Stephen King Shares Surprising Theory About His Greatest Villains

After over fifty years in the biz, horror master Stephen King knows a thing or two about writing a shocking twist. This week, the author delivered one for the ages — not in the pages of a new novel, but on Twitter. In response to an article from Screen Rant that compared two of his most iconic villains, Pennywise and Randall Flagg, the author tweeted: "Have they not considered the possibility that THEY ARE THE SAME ENTITY?"

The prolific horror novelist has a history of including both subtle and straightforward crossovers in his works, so this twist isn't exactly out of character. Of course, detail-oriented fans of his work — which includes over sixty novels to date — immediately ran with this idea. Thousands of fans have replied to the post to weigh in on the theory, with many even questioning the King of Horror on the intricacies of his own mythology.

King's tweet has a tongue-in-cheek quality to it, especially when considering how he frames the theory. Before dropping the bomb, he gives context by saying, "Screen Rant asks the question America cares about most (not): Who is the greater villain, Randall Flagg or Pennywise." The use of "(not)" indicates that this may not be a totally serious statement, but still, there's plenty of precedent to suggest he was being earnest. Could Pennywise and Flagg really be one and the same? Let's investigate.

Two legendary antagonists

Pennywise the Dancing Clown, the nightmare-inspiring jester who was immortalized on screen by both Tim Curry and Bill Skarsgard, originated in King's wildly popular 1986 novel "IT." The sewer-dwelling, fear-eating creature plagues the town of Derry every 27 years, but his mythology runs much deeper than a simple clown costume. Before he was Pennywise, he was a shapeshifting entity that crash-landed on earth millions of years ago in an asteroid. He's essentially a devil-like representation of the world's evil, one that finds his equal and opposite in the form of Maturin.

Maturin, another prominent figure in King lore, is a giant turtle that essentially created the world as we know it. King didn't actually come up with the World Turtle idea; several religious traditions, including Hinduism and those of Lenape Native Americans, actually include a turtle in their creation myths. Maturin appears not only in "IT," but also in "The Dark Tower." These books imagine Maturin as one of twelve deity-like beings that guard what essentially amounts to metaphysical pillars for our known world. "The Dark Tower" series is also home to the other half of King's equation, Randall Flagg.

Flagg first appeared by name in another of King's doorstop-sized books, the 1978 classic "The Stand." In the apocalyptic novel, he's a cult leader-like figure, drawing in the masses to create a violent, fear-driven society of his own. Although "The Stand" invented the character, King's longstanding fantasy series "The Dark Tower" deepened his backstory considerably. In most incarnations, Flagg is a sinister sorcerer who embodies an evil as deep as Pennywise's, albeit with a slightly more human face.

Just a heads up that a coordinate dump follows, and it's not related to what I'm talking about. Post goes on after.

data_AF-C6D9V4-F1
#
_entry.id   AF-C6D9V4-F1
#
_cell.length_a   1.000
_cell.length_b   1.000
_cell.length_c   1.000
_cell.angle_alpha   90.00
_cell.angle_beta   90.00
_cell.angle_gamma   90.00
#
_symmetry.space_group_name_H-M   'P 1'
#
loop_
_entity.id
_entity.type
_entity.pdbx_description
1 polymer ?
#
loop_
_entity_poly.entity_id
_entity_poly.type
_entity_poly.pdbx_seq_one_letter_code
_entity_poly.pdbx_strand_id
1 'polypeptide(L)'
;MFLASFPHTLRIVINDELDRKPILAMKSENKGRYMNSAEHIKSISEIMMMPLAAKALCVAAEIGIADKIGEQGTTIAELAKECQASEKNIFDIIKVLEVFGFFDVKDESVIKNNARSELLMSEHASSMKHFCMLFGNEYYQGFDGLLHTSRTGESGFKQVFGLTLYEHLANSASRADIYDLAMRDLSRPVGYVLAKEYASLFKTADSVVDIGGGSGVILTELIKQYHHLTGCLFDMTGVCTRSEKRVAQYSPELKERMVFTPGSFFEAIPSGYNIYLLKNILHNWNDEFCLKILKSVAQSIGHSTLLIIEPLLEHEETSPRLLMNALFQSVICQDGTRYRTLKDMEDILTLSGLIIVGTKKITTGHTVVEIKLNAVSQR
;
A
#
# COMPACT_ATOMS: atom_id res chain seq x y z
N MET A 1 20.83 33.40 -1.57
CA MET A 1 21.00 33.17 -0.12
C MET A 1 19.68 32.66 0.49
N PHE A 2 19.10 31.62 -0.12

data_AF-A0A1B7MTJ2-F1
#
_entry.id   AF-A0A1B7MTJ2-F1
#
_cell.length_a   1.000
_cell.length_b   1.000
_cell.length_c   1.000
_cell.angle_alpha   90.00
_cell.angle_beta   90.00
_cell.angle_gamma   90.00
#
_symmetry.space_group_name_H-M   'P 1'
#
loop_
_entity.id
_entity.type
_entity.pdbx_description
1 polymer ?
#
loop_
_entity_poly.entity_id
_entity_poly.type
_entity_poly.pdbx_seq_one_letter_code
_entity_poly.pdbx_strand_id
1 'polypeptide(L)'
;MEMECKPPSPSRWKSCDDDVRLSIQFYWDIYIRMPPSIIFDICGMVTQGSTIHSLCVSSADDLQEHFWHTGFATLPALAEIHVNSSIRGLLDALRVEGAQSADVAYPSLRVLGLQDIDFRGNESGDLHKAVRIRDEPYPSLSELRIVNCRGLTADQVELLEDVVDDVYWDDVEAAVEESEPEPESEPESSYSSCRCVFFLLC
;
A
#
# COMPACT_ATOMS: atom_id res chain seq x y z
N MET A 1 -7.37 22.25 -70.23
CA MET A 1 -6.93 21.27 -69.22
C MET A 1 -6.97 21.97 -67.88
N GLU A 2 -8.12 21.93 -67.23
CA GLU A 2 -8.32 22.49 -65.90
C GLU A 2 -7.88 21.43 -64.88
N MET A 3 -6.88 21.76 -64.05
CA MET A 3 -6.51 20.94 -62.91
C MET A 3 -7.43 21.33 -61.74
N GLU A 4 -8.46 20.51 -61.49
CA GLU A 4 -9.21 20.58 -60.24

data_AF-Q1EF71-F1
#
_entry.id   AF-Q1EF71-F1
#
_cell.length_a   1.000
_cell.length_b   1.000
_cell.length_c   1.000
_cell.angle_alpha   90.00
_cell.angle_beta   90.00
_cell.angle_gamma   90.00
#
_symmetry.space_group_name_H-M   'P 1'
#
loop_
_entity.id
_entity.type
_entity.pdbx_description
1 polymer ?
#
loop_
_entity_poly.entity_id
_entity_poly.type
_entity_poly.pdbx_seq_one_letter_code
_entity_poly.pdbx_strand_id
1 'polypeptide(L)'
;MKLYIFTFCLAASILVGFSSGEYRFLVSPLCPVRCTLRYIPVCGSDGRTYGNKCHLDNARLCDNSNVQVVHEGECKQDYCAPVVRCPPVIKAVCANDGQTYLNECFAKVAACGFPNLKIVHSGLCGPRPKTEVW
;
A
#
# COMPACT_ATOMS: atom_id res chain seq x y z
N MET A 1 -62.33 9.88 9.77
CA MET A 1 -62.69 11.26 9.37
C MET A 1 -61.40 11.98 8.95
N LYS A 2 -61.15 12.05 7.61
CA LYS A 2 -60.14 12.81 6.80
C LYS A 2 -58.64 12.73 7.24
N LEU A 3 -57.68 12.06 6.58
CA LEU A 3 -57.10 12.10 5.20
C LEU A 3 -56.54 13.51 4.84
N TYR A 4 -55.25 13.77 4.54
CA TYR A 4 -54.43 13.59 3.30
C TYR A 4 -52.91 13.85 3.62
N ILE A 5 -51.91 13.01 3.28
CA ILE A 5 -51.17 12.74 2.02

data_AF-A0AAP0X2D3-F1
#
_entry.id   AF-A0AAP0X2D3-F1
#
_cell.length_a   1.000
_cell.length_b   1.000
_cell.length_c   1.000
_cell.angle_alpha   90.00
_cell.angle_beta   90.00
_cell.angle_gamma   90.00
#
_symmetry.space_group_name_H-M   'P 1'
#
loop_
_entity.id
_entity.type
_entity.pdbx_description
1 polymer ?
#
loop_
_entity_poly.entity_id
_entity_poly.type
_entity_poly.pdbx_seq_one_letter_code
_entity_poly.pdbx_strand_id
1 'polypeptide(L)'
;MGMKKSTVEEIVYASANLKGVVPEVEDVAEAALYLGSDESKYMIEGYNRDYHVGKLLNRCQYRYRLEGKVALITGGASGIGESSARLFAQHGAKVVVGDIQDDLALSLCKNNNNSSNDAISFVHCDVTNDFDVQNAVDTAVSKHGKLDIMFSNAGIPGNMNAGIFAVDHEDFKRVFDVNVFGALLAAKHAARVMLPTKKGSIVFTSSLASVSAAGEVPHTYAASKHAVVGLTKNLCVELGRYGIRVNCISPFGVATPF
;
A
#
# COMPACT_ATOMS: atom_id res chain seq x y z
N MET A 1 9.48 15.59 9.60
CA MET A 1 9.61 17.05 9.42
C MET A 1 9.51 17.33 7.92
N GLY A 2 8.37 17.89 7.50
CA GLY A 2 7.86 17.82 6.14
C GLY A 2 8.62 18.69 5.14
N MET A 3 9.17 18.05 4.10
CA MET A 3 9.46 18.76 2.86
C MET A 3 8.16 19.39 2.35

Overlapping evils

Pennywise and Flagg are King's greatest and most enduring villains, and both have often crept beyond the pages of the books they first appeared in. References to ominous events in Derry or to Pennywise's insanity-inspiring "Deadlights" have appeared in several of his novels, with the latter popping up just last year in the book "Later." The creature also bears some resemblance to a villain called The Crimson King, who employs the Deadlights in "Insomnia" and "The Dark Tower" series. Meanwhile, Flagg has appeared, sometimes under different names, in at least nine of King's novels. If the two major villains were a Venn Diagram, the overlapping section between them would be the Macroverse, a sort of metaphysical realm from "The Dark Tower," where both Pennywise and Maturin seemingly dwell.

All King-verse geekery aside, the author seems to encourage cross-text readings. In February, King sat down with /Film writer Eric Vespe and former /Film editor and friend of the site Scott Wampler on their long-running podcast "The Kingcast." The pair asked him if it's possible that several major King villains, all of which feed on emotions, are of the same species. King revealed that he doesn't conceptualize those three bad guys — in this case Pennywise, "The Dark Tower" villain Dandelo, and the force from "The Outsider" — as the same, but that "everybody's got to eat," including monsters.

The hosts of "The Kingcast" and other King aficionados are clearly on to something by connecting the dots between King's villains. Despite the impassioned fan response, King hasn't followed up on his bombshell tweet, but he doesn't need to. If you take away the aliases, intertextual references, and complex metaphysical lore that make Pennywise and Flagg who they are, what you're left with is evil. They're two bone-chilling embodiments of the worst qualities a person could ever imagine, turned even scarier by their seemingly unstoppable power. If Pennywise and Randall Flagg are the same entity, it's a thing as primal and timeless as a scream in the dark.